Shapiro is a remarkably healthy-looking 80-year-old resident of Southfield and a World War II veteran. He had been serving breakfast to homeless Detroiters every morning for the last few weeks, while telling them how important it is to fill out a census form. The engineering company that Shapiro runs, and three other businesses, donated $7,000 each. "We wanted to do something for the city and are aware of the homeless problems. The census helps them to get more money for housing and shelters. This way we help the homeless and the city," says Shapiro.
In the process, Shapiro discovered the friendliness of Detroits homeless. One touching moment he describes was when a 10-year-old girl told him that she prayed for food the evening before. She got a breakfast at Hart Plaza. "I am doing this because it feels good," Shapiro says
Each person not counted is a loss of $3,000 over a 10-year period, according to the citys awareness campaign. Nobody knows exactly how many people are living in the streets of Detroit. Numbers of 5,000-13,000 circulate, but there could easily be more. This population could make the difference in reaching the 1 million mark; even most homeless people know this. "If we dont sign up, we lose the funding for my food," says Paul Costner. He says he has been on the streets for nine summers after losing his house and part of his family after a house fire. The fire marked his body for life. Costner refers to Hart Plaza as Pauls Plaza, where census workers counted homeless people on Wednesday, March 29. People in shelters and at soup kitchens were counted the previous Monday and Tuesday.
"It went off like a bang," according to Ron Washington, administrative assistant at the Detroit Veterans Center. He is very satisfied with the shelter count. "At least 140 people filled out a form," he said. Luther Jenkins, emergency director at Coalition on Temporary Shelter (COTS) on Peterboro says more than 230 people have been counted at his shelter; he called the response "close to 100 percent."
Andy Hupp, coordinator for special places at the Census Bureau says that it is not possible to get all the homeless counted. According to Hupp, "There is a lot of mistrust in the government, especially among this population." At Hart Plaza most people that come for Shapiros breakfast fill out a form. "I am not afraid of the government. I have nothing to hide," says a man who doesnt want to reveal his name because living in a shelter doesnt look good on his résumé. "But I know a lot of guys that are afraid, because of arrest warrants. They wont come to Hart Plaza and fill out a paper."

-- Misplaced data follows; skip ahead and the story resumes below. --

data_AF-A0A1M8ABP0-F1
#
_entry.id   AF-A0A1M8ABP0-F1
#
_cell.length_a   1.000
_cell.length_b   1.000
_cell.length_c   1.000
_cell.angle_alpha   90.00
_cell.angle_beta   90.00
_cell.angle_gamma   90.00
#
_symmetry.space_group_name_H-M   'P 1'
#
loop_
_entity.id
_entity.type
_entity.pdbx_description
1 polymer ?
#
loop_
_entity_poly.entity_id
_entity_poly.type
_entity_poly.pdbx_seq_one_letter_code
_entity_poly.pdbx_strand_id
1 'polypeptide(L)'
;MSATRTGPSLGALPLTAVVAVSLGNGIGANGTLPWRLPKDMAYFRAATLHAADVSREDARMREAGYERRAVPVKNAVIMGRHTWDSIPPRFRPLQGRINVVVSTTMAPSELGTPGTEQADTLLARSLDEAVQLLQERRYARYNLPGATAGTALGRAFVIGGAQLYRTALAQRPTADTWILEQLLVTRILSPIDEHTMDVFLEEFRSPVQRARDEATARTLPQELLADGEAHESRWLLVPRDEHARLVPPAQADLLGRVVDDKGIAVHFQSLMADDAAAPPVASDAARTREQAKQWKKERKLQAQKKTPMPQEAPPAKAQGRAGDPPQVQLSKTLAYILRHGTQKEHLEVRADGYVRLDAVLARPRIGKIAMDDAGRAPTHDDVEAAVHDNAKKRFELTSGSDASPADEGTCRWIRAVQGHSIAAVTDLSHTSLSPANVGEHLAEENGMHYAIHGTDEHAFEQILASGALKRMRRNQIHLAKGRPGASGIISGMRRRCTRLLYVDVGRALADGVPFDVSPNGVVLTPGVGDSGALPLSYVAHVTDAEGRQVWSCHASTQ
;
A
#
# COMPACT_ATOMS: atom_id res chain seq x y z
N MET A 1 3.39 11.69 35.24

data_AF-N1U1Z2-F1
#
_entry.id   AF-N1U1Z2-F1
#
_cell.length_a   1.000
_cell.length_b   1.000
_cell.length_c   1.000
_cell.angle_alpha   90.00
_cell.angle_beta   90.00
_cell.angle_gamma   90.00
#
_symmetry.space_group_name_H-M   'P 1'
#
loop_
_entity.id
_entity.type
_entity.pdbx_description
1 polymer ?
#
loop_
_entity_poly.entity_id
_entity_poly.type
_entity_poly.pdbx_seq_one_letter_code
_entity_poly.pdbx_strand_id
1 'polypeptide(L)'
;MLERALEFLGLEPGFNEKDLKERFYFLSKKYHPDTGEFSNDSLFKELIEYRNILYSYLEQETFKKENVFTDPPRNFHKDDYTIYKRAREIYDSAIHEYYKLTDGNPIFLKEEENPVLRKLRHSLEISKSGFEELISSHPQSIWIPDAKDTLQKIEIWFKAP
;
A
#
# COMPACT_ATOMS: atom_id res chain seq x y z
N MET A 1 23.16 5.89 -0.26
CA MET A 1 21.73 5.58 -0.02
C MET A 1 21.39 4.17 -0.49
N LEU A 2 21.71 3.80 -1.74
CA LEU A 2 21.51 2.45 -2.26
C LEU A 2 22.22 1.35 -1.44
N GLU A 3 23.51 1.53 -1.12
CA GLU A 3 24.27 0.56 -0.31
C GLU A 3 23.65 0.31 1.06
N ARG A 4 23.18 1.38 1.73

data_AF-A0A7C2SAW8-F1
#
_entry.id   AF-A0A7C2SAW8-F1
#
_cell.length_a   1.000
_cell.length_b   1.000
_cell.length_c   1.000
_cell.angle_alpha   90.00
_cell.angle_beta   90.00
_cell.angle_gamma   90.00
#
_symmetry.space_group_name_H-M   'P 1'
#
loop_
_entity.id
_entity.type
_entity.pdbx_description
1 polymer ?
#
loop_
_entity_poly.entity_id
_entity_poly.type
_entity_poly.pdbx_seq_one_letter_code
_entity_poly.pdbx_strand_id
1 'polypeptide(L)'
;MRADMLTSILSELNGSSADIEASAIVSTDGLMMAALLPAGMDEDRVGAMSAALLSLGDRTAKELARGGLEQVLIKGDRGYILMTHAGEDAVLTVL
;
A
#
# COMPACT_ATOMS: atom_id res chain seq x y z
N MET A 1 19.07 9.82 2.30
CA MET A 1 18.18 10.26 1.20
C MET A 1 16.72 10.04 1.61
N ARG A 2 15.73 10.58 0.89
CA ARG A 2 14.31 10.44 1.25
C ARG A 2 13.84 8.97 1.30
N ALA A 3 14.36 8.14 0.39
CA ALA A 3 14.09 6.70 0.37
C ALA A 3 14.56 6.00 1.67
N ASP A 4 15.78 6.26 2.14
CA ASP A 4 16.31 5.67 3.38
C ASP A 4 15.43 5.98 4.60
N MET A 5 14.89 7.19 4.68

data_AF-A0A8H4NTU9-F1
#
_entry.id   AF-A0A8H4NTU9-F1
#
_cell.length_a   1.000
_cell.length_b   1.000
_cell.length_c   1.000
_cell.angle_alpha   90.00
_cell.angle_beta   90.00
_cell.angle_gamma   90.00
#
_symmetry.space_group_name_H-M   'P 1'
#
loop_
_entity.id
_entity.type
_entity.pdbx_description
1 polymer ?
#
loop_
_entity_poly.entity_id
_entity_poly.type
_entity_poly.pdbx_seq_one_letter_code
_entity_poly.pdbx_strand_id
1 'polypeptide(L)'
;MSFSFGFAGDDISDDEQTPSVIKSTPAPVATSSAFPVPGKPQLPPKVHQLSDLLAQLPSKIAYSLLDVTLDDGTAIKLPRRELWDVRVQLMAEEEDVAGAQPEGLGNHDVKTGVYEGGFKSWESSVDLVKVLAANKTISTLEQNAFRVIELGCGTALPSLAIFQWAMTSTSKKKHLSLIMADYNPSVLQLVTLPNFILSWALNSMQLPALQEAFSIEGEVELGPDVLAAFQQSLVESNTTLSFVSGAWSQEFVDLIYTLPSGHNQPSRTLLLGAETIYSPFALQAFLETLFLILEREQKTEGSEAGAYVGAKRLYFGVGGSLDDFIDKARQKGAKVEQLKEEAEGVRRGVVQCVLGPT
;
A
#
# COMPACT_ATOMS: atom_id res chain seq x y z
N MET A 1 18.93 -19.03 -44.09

The Rev. Ann Johnson, director of Eastside Emergency Center on Kercheval, hopes that more people will be counted than were counted in 1990. Last Saturday she put a homeless choir of almost 70 people together to perform at the Revival Tabernacle at Mack and Mt. Elliott. The performance was intended both as a charity fundraiser and a way to spread the word about the census. Since she started a soup kitchen in 1982, her whole life has been dedicated to the homeless. "I was homeless myself when I was a teenage mother. I feel that nobody seems to care about these people, but they do count," says Johnson, adding, "If we dont get the full count, we will lose funding for people who are mentally ill or live in shelters. I feel it is my obligation to those who are homeless to use the best of my ability to get all of them counted."
Christine McCord, 37 and a mother of four, lives at the Eastside Emergency Center. She hopes the shelter will only temporarily be home. "I am glad I count, but Id rather have a roof over my head. Could you help me with that?"
At Johnsons soup kitchen on Harper, most people filled out a form. Sarah, 21, is eating with her baby boy; she hopes to return to her house after her crack-addicted boyfriend gets his act together. "I only know that I had to sign," says Sarah. Laughing, Johnson says, "I threatened, if you dont fill in the form, you wont eat."
The Census Bureau admitted that they missed too many people in 1990, particularly minorities and the poor. They counted approximately 1,300 homeless. Back then, the enumerators visited the shelters for only one day. Rev. Johnson decided in 1990 to go out on the streets herself. "It was cold and very dark that night. People were living in empty buildings. In an apartment (building) on Chalmers we found 54 people living on one floor," says Johnson. She is satisfied that census workers went out three days this time, but has a critical remark. "The first call for action was in February 2000 and that was the first time providers sat together at the table. I would have started earlier."
Edwina Henry, a representative of the mayors office admits that timing is always a very sensitive issue, especially among those who were around in 1990. "Most important is that we did bring people to the table." Henry says that most people working for the city are involved with the census. "Our role is bringing the community together and making them aware of the importance of the census. Six months ago we started having individual meetings with providers about the census dates. We provided the Census Bureau with lists of shelters. Together with the shelters we organized parties on the counting days. We got the conversation started." The city worked on a shoestring budget, according to Henry. Donations were very helpful. Henry praises Detroiters, saying, "It is the people in the community that are driving this effort and some are super-engaged."Nicole Bosch is a Dutch freelance writer now living in Detroit. Send comments to firstname.lastname@example.org
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